"Faith leaders discuss how their religions approach the divisive issue of abortionPBS NewsHour 8/11/2022

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SUMMARY:  While many say the Supreme Court's decision to overturn Roe v.  Wade is the answer to decades of prayer, some faith leaders fear their religious rights will be infringed amid new abortion restrictions.  Amna Nawaz spoke with three faith leaders about how their religions approach the issue of abortion.



RAINFORESTS - Congo Basin

"Rainforests in the Congo Basin are under threat as the DRC opens land to oil, gas drillingPBS NewsHour 8/11/2022

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SUMMARY:  On a multi-country tour of Africa this week, Secretary of State Antony Blinken has been making the case that the U.S. can be a quote "equal partner" with African nations.  In that vein, he recently announced a new partnership between the U.S. and the Democratic Republic of Congo [DRC] in an effort to protect some of that nation's natural treasures.  William Brangham reports.



LOUISIANA - Oil and Natural Gas Pollution

"Abandoned oil and natural gas wells pollute the environment across LouisianaPBS NewsHour 8/10/2022

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SUMMARY:  Tens of thousands of abandoned oil and natural gas wells sit idle across the United States.  Known as orphan wells, they pose significant dangers to nearby residents and the environment after being ignored or forgotten by the companies who drilled them.  States and taxpayers are often left to clean them up.  Roby Chavez, who has been reporting on this from Louisiana, joins Stephanie Sy to discuss.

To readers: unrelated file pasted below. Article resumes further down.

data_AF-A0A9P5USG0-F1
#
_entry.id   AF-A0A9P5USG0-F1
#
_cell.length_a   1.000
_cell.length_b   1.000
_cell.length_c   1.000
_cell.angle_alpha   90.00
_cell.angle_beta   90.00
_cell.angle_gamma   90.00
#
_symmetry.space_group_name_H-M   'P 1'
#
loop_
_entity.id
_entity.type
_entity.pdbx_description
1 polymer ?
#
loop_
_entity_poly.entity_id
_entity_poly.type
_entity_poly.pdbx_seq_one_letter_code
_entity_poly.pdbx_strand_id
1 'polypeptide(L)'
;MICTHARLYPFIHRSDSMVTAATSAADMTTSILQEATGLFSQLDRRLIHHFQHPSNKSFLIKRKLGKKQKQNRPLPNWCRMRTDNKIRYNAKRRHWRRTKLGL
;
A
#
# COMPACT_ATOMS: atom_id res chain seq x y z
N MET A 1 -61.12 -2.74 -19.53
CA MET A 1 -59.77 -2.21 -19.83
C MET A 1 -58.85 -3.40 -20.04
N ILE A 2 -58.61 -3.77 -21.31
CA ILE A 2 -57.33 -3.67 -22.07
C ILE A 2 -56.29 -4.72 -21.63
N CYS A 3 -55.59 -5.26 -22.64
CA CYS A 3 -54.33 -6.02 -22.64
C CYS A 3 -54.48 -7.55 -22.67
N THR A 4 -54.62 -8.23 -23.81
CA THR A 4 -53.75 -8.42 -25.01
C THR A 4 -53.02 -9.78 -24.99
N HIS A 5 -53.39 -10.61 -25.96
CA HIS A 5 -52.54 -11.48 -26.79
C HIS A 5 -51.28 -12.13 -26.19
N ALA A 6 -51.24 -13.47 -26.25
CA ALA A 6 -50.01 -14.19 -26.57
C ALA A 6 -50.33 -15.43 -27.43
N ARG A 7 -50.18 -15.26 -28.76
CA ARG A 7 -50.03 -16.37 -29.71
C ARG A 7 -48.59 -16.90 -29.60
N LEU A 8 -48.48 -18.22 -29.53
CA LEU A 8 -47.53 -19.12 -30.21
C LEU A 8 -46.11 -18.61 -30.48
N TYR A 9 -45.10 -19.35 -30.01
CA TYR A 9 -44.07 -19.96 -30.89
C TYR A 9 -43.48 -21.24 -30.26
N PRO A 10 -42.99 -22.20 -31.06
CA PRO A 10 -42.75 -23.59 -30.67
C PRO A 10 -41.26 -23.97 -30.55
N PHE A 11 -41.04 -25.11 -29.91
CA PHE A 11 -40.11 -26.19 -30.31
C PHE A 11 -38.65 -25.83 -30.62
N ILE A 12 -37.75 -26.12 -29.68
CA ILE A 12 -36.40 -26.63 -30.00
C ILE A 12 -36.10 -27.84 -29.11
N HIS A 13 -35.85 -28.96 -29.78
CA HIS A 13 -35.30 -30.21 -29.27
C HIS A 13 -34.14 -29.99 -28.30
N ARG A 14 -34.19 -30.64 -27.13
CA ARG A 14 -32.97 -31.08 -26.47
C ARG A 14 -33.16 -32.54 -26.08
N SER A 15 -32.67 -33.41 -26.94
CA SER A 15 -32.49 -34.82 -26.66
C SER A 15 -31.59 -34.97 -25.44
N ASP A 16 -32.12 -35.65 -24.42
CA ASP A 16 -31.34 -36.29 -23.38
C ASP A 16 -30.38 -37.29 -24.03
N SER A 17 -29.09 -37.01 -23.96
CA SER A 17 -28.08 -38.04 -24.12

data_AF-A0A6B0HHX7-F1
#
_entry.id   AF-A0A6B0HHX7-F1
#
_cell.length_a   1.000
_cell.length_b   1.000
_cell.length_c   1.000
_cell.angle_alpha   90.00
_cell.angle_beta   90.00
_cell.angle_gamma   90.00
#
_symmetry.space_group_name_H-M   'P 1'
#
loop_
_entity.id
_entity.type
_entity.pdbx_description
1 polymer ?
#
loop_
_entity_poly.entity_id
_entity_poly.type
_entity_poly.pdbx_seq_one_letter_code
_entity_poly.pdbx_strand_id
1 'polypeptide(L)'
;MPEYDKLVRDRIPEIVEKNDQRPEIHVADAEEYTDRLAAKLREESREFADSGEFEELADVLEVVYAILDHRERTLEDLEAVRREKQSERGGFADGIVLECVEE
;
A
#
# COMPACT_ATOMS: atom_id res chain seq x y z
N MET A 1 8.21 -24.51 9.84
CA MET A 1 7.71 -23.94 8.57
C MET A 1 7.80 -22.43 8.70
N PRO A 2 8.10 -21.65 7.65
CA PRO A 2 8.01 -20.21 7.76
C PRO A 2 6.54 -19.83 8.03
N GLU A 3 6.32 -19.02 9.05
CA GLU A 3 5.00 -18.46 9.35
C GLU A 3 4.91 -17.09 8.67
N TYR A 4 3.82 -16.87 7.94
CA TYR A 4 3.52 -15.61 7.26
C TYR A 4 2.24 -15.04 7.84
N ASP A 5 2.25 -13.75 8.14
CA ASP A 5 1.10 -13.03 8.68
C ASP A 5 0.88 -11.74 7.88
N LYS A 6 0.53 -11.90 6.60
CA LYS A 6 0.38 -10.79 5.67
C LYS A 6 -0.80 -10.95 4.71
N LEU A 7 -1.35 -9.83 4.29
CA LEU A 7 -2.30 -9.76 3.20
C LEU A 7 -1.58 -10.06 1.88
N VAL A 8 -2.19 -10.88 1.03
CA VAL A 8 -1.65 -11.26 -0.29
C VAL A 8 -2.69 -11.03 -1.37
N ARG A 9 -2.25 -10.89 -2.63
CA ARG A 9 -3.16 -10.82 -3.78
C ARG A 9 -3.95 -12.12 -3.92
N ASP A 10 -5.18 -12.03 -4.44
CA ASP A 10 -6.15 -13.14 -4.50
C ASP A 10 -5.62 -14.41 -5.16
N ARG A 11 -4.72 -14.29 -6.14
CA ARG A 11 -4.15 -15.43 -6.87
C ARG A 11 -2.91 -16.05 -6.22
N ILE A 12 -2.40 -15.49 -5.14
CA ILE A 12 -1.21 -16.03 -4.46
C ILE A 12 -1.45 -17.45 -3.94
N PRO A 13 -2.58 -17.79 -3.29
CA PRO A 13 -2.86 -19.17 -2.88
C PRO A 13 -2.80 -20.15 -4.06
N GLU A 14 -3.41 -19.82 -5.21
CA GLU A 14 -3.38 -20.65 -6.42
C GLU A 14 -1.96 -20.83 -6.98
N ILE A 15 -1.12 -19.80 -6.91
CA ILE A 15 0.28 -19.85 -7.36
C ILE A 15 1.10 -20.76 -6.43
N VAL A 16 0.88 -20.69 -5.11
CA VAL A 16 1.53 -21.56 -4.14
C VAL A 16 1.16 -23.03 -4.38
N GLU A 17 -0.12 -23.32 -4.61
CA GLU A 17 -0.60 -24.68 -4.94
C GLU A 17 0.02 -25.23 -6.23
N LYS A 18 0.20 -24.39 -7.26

AMERICAN POLITICS - Focus on Midterms

"What Republicans and Democrats are focusing on for midterm electionsPBS NewsHour 8/10/2022

WHAT I KNOW:  The Republican will lie, cheat, rig, and anything else to gain power.  The GOP no longer supports or believes in democracy.

Excerpt

SUMMARY:  With less than three months until the midterms, Democrats hope recent legislative successes will help bolster their campaigns.  But Republicans are betting they can win back control of Congress.  Democratic strategist Joel Benenson who worked with Barack Obama and Hillary Clinton, and Neil Newhouse lead pollster for Mitt Romney and John McCain’s presidential bids, join Judy Woodruff to discuss.



ASSASSINATION - Attempt on John Bolton

"Iranian man charged for trying to assassinate former national security adviser John BoltonPBS NewsHour 8/10/2022

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SUMMARY:  The U.S. Justice Department charged an Iranian national with plotting to kill John Bolton, who was National Security Adviser to President Trump.  Federal officials say the suspect was a member of Iran's Revolutionary Guard, who allegedly tried to hire a hitman for $300,000 that was actually an FBI informant.  Nick Schifrin joins Judy Woodruff to discuss.



CANVAS - ‘The Last White Man’

"Author Mohsin Hamid explores the construct of race in his new novel ‘The Last White Man’PBS NewsHour 8/9/2022

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SUMMARY:  A work of imagination asks us to see race in a new way from a novelist once again taking on magical realism in his fiction.  Jeffrey Brown talks with Pakistani writer Mohsin Hamid for our arts and culture series, "CANVAS."



AFRICA - U.S. Diplomacy

"U.S. makes diplomatic push in Africa to counteract Russian and Chinese influencePBS NewsHour 8/9/2022

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SUMMARY:  Secretary of State Antony Blinken visited the Democratic Republic of the Congo Tuesday as part of a tour across sub-Saharan Africa to unveil the Biden administration's new strategy for the region.  It comes as Russia and China try to raise their own influence.  Cameron Hudson of the Center for Strategic and International Studies and Kholood Khair of Confluence Advisory join Nick Schifrin to discuss.



SEARCH FOR TRUTH - FBI's Search For Possible Violation of Espionage Act